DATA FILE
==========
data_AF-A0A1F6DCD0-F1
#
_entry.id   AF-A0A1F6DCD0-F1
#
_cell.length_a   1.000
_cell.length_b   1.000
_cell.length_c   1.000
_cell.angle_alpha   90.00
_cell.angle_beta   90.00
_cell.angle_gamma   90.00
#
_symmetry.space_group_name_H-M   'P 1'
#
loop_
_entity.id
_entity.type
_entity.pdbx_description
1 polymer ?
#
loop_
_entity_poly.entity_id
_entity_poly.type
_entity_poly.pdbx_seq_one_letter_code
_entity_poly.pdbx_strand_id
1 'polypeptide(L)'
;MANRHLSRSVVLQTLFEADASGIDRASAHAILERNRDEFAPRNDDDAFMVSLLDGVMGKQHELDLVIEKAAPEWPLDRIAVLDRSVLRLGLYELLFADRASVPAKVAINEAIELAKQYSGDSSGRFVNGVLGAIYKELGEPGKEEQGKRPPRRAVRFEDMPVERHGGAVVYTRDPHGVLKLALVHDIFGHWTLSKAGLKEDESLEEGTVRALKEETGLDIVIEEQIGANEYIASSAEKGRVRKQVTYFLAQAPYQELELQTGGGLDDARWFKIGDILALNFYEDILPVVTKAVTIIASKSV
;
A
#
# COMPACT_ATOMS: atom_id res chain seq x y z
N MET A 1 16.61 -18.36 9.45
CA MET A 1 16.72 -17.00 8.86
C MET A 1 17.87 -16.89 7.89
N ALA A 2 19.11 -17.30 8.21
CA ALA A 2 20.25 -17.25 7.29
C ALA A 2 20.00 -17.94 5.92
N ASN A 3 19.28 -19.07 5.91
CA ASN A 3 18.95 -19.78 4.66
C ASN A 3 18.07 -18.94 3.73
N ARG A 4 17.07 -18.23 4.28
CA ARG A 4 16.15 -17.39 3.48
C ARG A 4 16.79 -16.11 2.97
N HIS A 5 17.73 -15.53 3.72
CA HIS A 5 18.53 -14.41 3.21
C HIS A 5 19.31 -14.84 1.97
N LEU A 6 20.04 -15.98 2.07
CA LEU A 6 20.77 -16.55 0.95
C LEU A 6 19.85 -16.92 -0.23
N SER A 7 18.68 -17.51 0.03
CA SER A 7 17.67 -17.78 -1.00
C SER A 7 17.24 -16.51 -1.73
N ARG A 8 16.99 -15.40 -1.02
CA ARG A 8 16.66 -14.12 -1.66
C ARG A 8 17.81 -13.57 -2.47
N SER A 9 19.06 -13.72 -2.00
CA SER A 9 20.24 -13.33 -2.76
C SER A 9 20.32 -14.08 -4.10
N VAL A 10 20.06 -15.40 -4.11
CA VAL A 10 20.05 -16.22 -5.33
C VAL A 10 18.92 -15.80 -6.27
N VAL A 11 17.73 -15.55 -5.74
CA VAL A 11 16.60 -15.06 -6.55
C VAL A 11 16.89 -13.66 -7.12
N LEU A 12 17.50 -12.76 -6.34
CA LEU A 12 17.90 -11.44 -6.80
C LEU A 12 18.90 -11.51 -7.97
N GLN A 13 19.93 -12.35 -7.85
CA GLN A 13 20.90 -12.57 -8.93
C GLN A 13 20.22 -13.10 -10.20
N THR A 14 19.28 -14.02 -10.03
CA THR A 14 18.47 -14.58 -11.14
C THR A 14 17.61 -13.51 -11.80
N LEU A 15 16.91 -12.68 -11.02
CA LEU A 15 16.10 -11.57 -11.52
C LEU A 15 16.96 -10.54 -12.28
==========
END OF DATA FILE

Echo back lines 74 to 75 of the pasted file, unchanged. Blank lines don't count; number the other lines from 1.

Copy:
CA LEU A 15 16.10 -11.57 -11.52
C LEU A 15 16.96 -10.54 -12.28